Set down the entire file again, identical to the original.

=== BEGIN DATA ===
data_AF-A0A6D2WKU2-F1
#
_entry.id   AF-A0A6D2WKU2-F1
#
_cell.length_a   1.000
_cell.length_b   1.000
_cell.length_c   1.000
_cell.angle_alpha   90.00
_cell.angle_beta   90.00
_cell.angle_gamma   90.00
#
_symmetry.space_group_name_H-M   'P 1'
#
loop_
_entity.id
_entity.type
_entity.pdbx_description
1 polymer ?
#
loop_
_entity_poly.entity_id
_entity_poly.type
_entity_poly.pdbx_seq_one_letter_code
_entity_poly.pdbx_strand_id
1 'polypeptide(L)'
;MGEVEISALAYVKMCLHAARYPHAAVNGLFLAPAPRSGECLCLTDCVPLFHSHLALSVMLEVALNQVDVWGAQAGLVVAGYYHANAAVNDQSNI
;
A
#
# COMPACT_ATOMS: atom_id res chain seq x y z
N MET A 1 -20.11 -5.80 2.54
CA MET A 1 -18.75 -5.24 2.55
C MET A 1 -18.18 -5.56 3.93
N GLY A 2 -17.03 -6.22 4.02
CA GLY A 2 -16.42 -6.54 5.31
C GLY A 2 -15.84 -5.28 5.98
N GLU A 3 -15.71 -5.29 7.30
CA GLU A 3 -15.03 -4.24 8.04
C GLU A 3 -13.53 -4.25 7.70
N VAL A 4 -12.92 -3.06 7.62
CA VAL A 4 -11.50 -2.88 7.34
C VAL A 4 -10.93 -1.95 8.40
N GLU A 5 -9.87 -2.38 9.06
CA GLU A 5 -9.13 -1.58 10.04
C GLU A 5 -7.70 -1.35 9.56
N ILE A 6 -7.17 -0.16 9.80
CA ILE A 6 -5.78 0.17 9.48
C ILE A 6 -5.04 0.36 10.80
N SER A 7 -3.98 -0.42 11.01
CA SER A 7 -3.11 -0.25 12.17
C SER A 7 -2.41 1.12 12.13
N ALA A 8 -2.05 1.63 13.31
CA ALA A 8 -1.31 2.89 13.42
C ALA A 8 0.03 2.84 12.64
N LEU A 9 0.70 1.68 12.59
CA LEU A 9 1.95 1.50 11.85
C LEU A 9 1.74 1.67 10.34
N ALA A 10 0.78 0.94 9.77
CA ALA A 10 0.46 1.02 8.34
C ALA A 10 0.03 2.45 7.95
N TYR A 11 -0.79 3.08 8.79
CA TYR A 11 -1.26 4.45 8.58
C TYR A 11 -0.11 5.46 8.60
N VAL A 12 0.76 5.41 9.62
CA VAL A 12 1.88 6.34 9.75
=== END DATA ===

data_AF-A0A6D2WKU2-F1
#
_entry.id   AF-A0A6D2WKU2-F1
#
_cell.length_a   1.000
_cell.length_b   1.000
_cell.length_c   1.000
_cell.angle_alpha   90.00
_cell.angle_beta   90.00
_cell.angle_gamma   90.00
#
_symmetry.space_group_name_H-M   'P 1'
#
loop_
_entity.id
_entity.type
_entity.pdbx_description
1 polymer ?
#
loop_
_entity_poly.entity_id
_entity_poly.type
_entity_poly.pdbx_seq_one_letter_code
_entity_poly.pdbx_strand_id
1 'polypeptide(L)'
;MGEVEISALAYVKMCLHAARYPHAAVNGLFLAPAPRSGECLCLTDCVPLFHSHLALSVMLEVALNQVDVWGAQAGLVVAGYYHANAAVNDQSNI
;
A
#
# COMPACT_ATOMS: atom_id res chain seq x y z
N MET A 1 -20.11 -5.80 2.54
CA MET A 1 -18.75 -5.24 2.55
C MET A 1 -18.18 -5.56 3.93
N GLY A 2 -17.03 -6.22 4.02
CA GLY A 2 -16.42 -6.54 5.31
C GLY A 2 -15.84 -5.28 5.98
N GLU A 3 -15.71 -5.29 7.30
CA GLU A 3 -15.03 -4.24 8.04
C GLU A 3 -13.53 -4.25 7.70
N VAL A 4 -12.92 -3.06 7.62
CA VAL A 4 -11.50 -2.88 7.34
C VAL A 4 -10.93 -1.95 8.40
N GLU A 5 -9.87 -2.38 9.06
CA GLU A 5 -9.13 -1.58 10.04
C GLU A 5 -7.70 -1.35 9.56
N ILE A 6 -7.17 -0.16 9.80
CA ILE A 6 -5.78 0.17 9.48
C ILE A 6 -5.04 0.36 10.80
N SER A 7 -3.98 -0.42 11.01
CA SER A 7 -3.11 -0.25 12.17
C SER A 7 -2.41 1.12 12.13
N ALA A 8 -2.05 1.63 13.31
CA ALA A 8 -1.31 2.89 13.42
C ALA A 8 0.03 2.84 12.64
N LEU A 9 0.70 1.68 12.59
CA LEU A 9 1.95 1.50 11.85
C LEU A 9 1.74 1.67 10.34
N ALA A 10 0.78 0.94 9.77
CA ALA A 10 0.46 1.02 8.34
C ALA A 10 0.03 2.45 7.95
N TYR A 11 -0.79 3.08 8.79
CA TYR A 11 -1.26 4.45 8.58
C TYR A 11 -0.11 5.46 8.60
N VAL A 12 0.76 5.41 9.62
CA VAL A 12 1.88 6.34 9.75